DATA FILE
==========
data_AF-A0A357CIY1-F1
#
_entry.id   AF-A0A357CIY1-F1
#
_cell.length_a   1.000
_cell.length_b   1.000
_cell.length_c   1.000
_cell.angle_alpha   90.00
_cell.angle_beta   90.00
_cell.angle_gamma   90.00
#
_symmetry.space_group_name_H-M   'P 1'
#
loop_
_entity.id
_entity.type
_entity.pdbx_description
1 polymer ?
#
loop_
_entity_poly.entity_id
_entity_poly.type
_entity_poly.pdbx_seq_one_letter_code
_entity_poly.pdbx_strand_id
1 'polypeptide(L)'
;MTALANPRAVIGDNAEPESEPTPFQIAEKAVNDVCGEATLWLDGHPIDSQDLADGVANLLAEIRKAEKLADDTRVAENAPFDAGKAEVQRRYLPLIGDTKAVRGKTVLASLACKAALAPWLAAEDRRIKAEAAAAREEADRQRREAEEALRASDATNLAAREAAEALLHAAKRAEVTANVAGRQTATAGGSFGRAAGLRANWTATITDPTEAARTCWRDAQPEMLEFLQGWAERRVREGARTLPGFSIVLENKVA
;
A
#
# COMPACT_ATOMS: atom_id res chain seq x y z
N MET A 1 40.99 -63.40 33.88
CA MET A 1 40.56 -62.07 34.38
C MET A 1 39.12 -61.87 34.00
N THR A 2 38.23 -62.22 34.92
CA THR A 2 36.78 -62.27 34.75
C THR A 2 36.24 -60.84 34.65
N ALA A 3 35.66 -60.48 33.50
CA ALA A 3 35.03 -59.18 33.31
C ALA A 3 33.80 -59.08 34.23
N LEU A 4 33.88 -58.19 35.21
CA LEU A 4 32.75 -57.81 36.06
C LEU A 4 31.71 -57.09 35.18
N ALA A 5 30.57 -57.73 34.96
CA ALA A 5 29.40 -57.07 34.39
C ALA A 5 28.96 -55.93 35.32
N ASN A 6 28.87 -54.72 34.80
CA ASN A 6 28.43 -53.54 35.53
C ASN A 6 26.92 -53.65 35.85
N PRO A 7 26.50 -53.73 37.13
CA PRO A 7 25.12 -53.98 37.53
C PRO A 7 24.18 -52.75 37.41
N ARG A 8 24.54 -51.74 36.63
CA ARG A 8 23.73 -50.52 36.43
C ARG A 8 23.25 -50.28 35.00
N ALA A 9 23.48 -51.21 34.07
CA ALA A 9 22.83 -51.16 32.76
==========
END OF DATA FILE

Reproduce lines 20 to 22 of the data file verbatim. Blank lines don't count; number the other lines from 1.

loop_
_entity_poly.entity_id
_entity_poly.type